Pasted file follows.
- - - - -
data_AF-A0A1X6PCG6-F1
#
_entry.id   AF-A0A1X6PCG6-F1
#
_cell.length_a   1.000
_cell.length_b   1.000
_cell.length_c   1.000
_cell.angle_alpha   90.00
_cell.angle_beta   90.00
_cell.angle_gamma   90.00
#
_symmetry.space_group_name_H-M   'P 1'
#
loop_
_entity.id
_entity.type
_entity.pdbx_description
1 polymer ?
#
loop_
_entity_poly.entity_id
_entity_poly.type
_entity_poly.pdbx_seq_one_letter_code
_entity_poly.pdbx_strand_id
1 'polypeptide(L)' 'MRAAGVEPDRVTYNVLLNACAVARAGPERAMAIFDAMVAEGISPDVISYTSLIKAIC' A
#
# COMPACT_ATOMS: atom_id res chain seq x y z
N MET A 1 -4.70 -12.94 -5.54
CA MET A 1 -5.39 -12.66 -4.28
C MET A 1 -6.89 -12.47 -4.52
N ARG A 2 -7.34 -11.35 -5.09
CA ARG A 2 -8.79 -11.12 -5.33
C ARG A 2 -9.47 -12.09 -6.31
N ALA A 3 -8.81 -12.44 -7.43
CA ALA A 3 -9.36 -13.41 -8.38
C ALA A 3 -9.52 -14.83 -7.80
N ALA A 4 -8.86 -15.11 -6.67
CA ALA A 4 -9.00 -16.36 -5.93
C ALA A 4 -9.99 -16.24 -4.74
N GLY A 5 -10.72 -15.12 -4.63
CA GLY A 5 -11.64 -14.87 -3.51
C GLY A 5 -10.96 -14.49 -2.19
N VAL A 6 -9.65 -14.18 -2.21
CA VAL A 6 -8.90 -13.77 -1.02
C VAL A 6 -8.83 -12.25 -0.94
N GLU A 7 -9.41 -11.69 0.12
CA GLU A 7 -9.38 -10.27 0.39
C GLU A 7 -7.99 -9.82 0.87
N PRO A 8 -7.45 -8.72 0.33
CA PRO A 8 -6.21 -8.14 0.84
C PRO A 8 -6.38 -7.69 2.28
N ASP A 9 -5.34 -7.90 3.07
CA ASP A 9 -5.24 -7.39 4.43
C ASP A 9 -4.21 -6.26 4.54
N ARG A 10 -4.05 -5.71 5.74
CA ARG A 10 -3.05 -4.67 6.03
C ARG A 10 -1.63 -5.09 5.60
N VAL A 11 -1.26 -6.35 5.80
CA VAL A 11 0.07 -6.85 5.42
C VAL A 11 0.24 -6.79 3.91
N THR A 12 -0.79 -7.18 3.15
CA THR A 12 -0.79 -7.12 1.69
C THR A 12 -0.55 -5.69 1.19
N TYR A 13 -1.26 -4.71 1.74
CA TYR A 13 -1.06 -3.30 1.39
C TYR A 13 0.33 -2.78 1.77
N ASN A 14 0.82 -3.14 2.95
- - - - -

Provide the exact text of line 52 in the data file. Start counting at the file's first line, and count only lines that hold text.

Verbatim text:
N ASP A 9 -5.34 -7.90 3.07